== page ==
It’s official. Elderflower is the “it” ingredient. According to Food Network Magazine, it is the flavor of the year. Elderflower liqueur has been zipping up artisan cocktails for a while. But the big kickoff was Meghan Markle’s lemon sponge wedding cake soaked in elderflower liqueur. Now elderflower seems to be everywhere, even in sodas. Now that Markle just gave birth to a baby boy – maybe you can have something with elderflower to celebrate.
Want proof of elderflower’s popularity? US sales for IKEA’s elderflower syrup and marmalade jumped more than 50 percent in the last year. What does elderflower taste like? It’s subtle, a little bit like pear, more of a perfume than a taste. Cordials and liqueurs have a reputation for sweetness, to preserve the fruit. Elderflower is therefore used in small proportions of any recipe.
British Company Belvoir Fruit Farms, https://www.belvoirfruitfarms.co.uk/elderflower, which brought its elderflower syrups and lemonades to the US six years ago, has dozens of recipe ideas on its web site, including desserts, soups, main dishes, even one involving prawns. The image at top is Belvoir’s elderflower poppyseed cake.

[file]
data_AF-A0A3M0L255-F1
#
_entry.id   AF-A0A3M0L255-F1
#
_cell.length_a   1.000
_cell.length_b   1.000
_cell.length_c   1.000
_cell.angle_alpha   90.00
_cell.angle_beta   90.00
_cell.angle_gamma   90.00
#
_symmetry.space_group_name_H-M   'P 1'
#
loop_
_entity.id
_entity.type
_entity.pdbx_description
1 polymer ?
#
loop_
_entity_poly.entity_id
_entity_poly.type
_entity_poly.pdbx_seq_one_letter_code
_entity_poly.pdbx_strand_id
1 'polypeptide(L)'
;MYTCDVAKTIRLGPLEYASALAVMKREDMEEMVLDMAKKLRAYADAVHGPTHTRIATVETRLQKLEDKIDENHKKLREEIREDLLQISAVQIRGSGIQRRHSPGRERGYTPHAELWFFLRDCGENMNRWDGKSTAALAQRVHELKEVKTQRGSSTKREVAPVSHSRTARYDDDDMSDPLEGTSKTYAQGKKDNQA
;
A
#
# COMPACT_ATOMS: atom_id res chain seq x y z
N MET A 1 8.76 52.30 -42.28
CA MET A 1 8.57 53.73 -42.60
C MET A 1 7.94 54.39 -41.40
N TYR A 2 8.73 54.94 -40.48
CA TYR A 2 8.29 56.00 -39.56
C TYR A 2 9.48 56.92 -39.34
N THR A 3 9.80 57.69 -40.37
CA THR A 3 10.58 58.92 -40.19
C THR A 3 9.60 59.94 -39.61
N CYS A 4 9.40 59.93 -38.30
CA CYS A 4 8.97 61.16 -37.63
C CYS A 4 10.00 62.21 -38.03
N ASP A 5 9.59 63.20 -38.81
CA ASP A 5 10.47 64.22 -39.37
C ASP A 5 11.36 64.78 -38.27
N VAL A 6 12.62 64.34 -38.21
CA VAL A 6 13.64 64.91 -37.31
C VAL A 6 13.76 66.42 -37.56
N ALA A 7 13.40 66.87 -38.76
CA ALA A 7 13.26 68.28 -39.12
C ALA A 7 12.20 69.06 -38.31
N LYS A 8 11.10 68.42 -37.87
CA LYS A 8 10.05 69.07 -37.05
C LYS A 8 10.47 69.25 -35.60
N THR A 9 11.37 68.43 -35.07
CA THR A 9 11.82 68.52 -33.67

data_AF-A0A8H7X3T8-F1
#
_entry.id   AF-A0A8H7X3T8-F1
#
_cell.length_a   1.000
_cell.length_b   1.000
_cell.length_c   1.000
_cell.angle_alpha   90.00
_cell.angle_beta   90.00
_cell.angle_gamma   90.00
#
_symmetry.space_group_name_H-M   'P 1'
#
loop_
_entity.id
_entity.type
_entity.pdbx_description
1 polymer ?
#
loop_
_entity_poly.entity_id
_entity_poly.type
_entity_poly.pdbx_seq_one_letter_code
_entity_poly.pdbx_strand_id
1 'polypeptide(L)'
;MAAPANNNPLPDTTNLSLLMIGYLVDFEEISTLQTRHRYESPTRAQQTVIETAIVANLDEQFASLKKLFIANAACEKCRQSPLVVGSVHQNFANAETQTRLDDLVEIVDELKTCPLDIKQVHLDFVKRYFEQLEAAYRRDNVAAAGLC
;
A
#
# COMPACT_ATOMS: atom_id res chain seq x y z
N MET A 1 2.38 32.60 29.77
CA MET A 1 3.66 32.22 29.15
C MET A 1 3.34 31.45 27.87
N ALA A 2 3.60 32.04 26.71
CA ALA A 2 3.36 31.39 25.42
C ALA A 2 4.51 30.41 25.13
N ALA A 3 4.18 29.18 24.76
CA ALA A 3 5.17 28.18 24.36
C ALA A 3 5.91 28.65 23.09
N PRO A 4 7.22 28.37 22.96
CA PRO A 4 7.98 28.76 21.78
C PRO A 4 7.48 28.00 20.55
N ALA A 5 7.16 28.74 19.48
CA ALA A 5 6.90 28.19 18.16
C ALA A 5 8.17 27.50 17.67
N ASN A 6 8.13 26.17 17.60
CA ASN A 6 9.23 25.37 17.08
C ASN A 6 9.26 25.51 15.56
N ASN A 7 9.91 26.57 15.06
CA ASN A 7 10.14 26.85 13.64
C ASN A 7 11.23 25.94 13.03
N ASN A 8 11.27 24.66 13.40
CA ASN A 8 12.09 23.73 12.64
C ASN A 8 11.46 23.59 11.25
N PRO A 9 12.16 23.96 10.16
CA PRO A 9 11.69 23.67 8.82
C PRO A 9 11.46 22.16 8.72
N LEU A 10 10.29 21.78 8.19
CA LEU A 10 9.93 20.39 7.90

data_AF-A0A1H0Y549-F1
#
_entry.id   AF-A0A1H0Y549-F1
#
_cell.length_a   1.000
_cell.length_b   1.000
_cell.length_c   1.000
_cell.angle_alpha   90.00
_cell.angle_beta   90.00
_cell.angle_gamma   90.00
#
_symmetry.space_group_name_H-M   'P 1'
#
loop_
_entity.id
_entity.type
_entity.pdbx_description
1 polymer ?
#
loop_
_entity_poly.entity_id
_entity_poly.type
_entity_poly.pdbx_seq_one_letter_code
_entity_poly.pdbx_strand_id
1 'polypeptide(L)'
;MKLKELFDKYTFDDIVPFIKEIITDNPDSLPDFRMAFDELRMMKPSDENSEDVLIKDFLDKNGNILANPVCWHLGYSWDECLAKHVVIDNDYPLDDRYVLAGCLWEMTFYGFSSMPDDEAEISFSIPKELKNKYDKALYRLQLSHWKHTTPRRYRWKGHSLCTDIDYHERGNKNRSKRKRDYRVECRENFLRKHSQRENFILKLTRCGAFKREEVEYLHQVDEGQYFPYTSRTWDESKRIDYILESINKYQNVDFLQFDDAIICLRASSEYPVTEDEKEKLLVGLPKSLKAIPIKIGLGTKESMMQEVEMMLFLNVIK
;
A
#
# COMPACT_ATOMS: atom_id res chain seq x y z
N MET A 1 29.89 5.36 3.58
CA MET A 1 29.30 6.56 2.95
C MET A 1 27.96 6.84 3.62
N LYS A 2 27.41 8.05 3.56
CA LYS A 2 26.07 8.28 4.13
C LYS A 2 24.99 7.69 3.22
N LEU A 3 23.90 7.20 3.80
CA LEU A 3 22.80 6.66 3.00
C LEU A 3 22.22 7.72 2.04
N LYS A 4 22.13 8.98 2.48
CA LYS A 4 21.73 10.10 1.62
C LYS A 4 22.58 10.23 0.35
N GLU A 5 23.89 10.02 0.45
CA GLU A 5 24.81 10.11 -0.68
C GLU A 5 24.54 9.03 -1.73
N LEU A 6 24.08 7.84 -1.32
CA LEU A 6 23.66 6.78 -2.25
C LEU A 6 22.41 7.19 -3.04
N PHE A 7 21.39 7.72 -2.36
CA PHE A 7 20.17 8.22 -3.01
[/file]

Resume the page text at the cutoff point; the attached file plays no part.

Food Network magazine suggested this: mix elderflower with white wine, or drizzle it over ice cream for a floral flavor is lighter than lychee but still fruity and sweet.
If you are interested in the elderflower wedding cake recipe for the royal wedding, here is an interpretation in Food and Wine magazine. Baker Claire Ptak said she chose it because ““The elderflower is so quintessentially British to me as a Californian.” https://www.foodandwine.com/news/royal-wedding-cake-recipe
200 Amalfi lemons
500 organic eggs from Suffolk
20kgs of butter
20kgs of flour
20kgs of sugar
10 bottles of Sandringham Elderflower Cordial
Topped with a light and fluffy buttercream-elderflower frosting
Presumable at-home cooks handy with a calculator could reduce that for serving, say. six.
Prince Harry and Meghan Markle also had an elderflower cordial at the wedding. The elderflower, a small, white, typically English blossom that flowers for only a few days in the spring, came from Queen Elizabeth’s Sandringham estate